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21 January 2021

After suppressing Covid-19, China’s economy has avoided the hit that its regional and global rivals have taken. Looking ahead, GAM Investments’ Julian Howard says the intrinsic case for Chinese equities rests on the growth of China's economy and the relative under-representation of its capital markets in world indices.

One of the more noteworthy outcomes of 2020, in a year already full of them, was the sheer resilience of China’s economy and stock market amid the Covid-19 pandemic. Despite the virus originating there, China’s economy was barely dented in 2020 and its expansion and growing place in the world now look unstoppable. Contrast this with advanced economies struggling under the weight of high caseloads, blunt lockdown responses and slow vaccination rates. China’s stock markets also enjoyed an outsized return, with the MSCI China Index (HKD) up over 26% in 2020. While the ‘rise of China’ is not a new narrative, the possibility remains that 2020 will have been the year in which the process shifts into a higher gear. The question for investors is whether their allocation to this global superpower is both sufficient and direct enough, and how they might address it if not.

Controversy is likely to rage for years about how China was able to so quickly suppress the Covid-19 virus originating in Wuhan. But the fact remains that it was and that the economy recovered quickly. Those who doubt the official statistics can look to the operating revenues of western firms’ Chinese operations which all show a remarkable rebound of activity from the spring. Similarly, the International Monetary Fund’s (IMF) October World Economic Outlook shows expected GDP growth for China of 1.9% for 2020 versus -3.3%, -4.3%, -8.1% and -8.3% for emerging markets (EM) as a whole, the US, Latin America and the Eurozone respectively. For 2021, the IMF predicts China’s economy will grow over 6%, leaving the so-called advanced economies for dust. Since corporate revenues are generally (but not entirely) reflective of the underlying growth of their economies, this economic performance provides a unique fundamental support to Chinese equity markets in the months and years to come.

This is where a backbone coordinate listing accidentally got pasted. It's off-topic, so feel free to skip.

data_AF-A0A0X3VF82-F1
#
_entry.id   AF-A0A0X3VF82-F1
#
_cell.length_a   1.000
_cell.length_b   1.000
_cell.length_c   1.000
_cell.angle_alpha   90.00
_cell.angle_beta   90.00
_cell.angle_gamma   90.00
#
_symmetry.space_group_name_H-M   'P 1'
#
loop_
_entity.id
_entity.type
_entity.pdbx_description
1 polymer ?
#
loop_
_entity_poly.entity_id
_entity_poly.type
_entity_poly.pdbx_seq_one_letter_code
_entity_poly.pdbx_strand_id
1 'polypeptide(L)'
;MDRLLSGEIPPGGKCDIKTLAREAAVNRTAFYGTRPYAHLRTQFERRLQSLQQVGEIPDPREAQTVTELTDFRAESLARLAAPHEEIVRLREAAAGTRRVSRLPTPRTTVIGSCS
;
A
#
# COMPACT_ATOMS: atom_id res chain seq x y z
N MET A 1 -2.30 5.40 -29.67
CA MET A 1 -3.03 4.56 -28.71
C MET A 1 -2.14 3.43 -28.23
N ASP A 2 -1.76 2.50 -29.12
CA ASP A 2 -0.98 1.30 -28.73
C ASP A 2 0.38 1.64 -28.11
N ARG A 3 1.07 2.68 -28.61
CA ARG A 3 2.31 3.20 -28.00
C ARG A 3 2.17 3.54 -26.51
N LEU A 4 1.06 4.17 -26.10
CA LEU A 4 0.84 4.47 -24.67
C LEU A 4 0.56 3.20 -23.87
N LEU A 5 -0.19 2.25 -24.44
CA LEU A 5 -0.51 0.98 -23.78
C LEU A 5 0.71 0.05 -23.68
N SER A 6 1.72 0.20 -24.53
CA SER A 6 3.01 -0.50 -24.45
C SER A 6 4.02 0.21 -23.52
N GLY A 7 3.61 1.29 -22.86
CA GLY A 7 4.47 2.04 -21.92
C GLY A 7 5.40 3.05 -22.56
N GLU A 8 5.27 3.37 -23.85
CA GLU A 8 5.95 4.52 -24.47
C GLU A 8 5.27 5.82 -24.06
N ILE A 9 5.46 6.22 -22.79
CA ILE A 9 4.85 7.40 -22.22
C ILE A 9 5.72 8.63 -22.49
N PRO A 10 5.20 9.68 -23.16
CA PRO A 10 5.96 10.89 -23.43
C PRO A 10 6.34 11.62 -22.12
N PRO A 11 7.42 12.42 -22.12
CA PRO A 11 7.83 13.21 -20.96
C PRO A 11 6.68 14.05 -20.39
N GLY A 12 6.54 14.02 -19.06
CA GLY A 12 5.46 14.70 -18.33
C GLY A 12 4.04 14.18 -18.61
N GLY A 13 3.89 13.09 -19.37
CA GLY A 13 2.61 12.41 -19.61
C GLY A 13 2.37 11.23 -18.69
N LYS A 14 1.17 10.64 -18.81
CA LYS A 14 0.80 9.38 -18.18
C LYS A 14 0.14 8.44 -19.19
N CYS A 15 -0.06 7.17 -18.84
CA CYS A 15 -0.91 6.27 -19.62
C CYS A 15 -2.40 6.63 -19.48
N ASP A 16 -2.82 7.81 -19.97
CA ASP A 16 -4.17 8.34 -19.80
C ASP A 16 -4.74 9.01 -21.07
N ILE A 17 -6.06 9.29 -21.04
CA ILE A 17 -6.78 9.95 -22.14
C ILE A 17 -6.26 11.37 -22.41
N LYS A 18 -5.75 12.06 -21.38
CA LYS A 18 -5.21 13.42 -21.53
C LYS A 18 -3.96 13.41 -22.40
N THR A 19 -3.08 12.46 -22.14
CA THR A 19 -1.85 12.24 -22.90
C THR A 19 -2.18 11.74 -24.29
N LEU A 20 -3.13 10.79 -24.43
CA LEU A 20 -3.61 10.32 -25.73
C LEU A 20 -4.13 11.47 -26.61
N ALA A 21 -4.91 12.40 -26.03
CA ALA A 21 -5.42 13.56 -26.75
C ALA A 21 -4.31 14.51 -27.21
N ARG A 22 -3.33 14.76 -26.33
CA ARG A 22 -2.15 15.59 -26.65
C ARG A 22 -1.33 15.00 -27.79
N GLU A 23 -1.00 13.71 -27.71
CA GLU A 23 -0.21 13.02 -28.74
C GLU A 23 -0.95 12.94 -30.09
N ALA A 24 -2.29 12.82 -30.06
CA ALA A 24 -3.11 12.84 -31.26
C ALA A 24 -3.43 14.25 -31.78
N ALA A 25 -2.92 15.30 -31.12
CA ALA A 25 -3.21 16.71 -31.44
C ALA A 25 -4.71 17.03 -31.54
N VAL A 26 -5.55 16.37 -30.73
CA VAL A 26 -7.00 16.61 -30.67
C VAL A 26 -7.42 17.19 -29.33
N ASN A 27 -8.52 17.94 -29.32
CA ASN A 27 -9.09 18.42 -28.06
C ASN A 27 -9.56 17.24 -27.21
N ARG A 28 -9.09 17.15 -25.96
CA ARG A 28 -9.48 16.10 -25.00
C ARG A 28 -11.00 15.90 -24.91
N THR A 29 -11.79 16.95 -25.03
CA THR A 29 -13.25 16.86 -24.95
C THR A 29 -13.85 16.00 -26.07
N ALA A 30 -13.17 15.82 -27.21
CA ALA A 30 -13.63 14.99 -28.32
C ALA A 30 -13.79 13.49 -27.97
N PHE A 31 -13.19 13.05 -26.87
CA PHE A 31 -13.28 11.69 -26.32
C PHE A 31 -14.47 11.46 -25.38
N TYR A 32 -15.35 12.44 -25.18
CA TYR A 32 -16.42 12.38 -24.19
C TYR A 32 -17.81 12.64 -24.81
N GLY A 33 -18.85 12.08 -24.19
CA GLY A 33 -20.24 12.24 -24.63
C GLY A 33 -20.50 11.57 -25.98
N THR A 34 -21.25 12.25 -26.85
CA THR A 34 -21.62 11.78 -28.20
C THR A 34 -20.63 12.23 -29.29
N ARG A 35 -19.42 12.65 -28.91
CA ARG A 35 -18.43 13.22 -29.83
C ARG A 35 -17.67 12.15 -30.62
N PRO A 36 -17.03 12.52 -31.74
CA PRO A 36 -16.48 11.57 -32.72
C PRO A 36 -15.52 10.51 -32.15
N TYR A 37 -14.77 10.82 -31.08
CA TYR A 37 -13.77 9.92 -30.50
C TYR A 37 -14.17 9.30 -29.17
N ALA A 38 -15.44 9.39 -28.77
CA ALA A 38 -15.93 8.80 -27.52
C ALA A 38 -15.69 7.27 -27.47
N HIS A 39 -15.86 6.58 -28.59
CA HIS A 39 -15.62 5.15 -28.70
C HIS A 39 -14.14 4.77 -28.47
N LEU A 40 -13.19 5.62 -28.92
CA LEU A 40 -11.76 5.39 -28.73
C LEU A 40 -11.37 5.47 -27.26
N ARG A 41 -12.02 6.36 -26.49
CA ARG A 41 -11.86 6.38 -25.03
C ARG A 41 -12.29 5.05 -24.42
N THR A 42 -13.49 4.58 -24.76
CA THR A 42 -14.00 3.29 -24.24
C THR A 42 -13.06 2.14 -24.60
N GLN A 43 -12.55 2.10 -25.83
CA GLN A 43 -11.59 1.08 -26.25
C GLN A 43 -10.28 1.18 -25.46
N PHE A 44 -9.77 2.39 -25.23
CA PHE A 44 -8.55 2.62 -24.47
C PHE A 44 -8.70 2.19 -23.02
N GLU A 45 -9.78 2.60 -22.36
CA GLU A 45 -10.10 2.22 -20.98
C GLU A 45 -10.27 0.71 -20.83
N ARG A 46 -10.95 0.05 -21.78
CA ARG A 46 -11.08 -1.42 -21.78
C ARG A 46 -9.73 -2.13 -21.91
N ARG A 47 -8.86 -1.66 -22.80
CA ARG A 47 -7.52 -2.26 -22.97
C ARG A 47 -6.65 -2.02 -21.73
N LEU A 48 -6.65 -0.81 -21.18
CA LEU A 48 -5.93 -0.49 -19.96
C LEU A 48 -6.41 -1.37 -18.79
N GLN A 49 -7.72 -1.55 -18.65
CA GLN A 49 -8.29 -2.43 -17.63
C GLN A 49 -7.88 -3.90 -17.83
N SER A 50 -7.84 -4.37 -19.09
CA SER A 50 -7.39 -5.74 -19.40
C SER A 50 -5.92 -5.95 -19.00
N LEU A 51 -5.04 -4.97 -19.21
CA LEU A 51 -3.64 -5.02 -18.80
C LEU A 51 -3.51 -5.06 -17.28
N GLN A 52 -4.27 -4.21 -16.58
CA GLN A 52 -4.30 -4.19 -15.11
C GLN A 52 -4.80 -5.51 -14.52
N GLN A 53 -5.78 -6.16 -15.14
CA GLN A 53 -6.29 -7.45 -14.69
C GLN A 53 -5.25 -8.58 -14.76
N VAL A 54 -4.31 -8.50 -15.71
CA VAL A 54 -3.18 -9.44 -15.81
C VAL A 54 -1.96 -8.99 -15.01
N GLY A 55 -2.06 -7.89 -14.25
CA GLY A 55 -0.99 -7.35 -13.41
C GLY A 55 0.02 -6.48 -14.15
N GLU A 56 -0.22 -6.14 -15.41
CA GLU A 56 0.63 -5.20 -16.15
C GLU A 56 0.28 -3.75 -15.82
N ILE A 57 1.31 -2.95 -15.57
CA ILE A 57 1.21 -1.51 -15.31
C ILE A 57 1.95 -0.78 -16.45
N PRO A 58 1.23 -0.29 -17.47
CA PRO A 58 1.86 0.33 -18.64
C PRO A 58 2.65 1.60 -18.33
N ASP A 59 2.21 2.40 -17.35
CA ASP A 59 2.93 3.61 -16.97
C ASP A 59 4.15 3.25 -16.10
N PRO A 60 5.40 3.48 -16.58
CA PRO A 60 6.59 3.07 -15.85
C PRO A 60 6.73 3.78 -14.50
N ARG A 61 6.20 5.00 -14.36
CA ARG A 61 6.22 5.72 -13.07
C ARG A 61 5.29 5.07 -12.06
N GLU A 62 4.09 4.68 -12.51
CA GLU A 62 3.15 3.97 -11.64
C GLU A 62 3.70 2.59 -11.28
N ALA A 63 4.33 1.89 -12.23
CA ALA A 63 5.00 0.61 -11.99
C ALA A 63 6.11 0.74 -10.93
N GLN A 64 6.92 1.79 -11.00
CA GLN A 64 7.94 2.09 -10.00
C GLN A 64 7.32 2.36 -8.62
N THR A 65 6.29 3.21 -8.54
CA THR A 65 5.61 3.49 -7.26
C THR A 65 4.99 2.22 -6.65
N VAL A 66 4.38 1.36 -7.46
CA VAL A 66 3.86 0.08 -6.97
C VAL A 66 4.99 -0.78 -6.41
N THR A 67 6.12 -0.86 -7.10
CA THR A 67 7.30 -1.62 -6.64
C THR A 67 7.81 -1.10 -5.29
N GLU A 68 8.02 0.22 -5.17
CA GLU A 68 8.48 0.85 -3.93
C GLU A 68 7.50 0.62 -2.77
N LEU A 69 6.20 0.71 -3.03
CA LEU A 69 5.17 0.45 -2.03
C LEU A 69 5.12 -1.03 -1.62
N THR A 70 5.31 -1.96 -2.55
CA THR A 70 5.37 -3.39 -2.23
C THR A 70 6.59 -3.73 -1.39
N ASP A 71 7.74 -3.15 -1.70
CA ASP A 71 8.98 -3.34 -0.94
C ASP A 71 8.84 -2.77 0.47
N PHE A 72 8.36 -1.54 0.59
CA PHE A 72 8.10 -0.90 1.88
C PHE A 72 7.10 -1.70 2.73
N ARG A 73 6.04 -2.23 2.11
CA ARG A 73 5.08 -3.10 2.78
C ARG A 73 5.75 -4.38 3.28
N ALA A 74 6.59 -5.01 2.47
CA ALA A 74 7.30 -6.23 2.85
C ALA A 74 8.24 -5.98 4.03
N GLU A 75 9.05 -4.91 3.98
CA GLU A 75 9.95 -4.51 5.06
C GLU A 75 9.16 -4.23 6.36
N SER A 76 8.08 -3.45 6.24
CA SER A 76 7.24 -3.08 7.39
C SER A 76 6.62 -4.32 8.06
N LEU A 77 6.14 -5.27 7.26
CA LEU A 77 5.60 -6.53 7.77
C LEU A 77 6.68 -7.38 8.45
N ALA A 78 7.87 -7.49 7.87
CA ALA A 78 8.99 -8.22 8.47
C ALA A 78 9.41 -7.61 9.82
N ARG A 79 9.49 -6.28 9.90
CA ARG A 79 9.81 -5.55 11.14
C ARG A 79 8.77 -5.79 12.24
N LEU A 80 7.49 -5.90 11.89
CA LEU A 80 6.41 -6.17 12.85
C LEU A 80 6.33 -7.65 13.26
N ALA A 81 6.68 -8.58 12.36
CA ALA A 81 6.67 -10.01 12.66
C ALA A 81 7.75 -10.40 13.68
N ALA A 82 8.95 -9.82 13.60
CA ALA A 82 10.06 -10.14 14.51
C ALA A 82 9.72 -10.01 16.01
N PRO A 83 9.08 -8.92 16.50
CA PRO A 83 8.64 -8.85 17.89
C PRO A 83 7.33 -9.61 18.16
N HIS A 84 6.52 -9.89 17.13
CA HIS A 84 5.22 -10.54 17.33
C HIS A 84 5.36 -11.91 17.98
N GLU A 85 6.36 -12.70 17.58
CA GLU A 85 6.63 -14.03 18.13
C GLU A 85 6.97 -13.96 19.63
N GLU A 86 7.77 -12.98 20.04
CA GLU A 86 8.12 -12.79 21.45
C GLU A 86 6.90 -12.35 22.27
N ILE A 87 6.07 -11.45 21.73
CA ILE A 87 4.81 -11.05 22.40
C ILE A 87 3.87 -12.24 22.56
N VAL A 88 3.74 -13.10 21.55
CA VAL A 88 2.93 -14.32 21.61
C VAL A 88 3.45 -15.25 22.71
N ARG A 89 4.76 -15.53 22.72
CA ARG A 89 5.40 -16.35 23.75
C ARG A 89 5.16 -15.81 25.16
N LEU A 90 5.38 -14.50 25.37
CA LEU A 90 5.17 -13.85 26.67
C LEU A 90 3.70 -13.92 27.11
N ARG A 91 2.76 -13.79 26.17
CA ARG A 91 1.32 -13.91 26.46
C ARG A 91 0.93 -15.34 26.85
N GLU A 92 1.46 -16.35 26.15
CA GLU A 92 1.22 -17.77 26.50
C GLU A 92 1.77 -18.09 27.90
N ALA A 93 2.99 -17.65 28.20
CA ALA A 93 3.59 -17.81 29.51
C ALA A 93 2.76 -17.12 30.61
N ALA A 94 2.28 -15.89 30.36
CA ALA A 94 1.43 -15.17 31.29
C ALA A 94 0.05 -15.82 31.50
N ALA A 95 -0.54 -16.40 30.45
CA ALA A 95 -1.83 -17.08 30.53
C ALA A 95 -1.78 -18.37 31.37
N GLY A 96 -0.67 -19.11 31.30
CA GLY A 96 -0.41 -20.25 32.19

Chart 1: Firmly ahead and staying that way - China had a ‘good pandemic’: 

Source: IMF World Economic Outlook. Data from 31 December to 31 December 2021. *Forecast from 2020. Past performance is not an indicator of future performance and current or future trends. For illustrative purposes only.